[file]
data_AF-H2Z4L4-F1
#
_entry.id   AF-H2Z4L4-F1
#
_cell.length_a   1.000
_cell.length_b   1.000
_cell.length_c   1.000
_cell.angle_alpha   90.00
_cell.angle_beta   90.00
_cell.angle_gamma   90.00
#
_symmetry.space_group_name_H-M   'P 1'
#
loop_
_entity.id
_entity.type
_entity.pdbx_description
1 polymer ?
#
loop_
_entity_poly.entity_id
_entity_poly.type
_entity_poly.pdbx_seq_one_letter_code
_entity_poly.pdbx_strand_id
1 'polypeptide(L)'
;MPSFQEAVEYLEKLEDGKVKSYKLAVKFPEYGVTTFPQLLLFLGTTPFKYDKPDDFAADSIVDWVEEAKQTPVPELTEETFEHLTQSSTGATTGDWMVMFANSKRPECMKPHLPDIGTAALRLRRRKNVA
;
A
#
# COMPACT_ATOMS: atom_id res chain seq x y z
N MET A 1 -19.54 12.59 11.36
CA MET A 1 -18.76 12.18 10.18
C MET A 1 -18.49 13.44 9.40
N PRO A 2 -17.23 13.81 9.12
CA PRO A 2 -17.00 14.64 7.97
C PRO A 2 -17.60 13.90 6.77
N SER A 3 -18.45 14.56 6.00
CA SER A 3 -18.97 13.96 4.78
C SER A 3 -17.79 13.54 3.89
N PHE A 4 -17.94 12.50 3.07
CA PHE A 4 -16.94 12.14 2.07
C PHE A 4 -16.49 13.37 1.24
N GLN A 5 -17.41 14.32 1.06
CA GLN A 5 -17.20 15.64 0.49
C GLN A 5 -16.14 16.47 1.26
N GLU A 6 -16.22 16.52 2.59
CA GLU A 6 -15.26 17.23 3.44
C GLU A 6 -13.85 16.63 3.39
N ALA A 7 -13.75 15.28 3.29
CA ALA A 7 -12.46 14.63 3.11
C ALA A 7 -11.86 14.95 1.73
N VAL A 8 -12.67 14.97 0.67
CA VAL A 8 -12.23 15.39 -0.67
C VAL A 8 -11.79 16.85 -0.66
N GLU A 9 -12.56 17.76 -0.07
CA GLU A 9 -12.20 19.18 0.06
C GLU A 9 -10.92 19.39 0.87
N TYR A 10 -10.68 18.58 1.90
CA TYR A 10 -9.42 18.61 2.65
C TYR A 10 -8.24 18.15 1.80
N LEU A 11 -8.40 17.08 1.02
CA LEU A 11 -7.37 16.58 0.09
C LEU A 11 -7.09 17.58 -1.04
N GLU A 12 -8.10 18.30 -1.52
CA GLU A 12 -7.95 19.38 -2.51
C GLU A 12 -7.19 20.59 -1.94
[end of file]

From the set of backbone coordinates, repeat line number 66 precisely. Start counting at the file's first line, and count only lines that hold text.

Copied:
C GLU A 12 -7.19 20.59 -1.94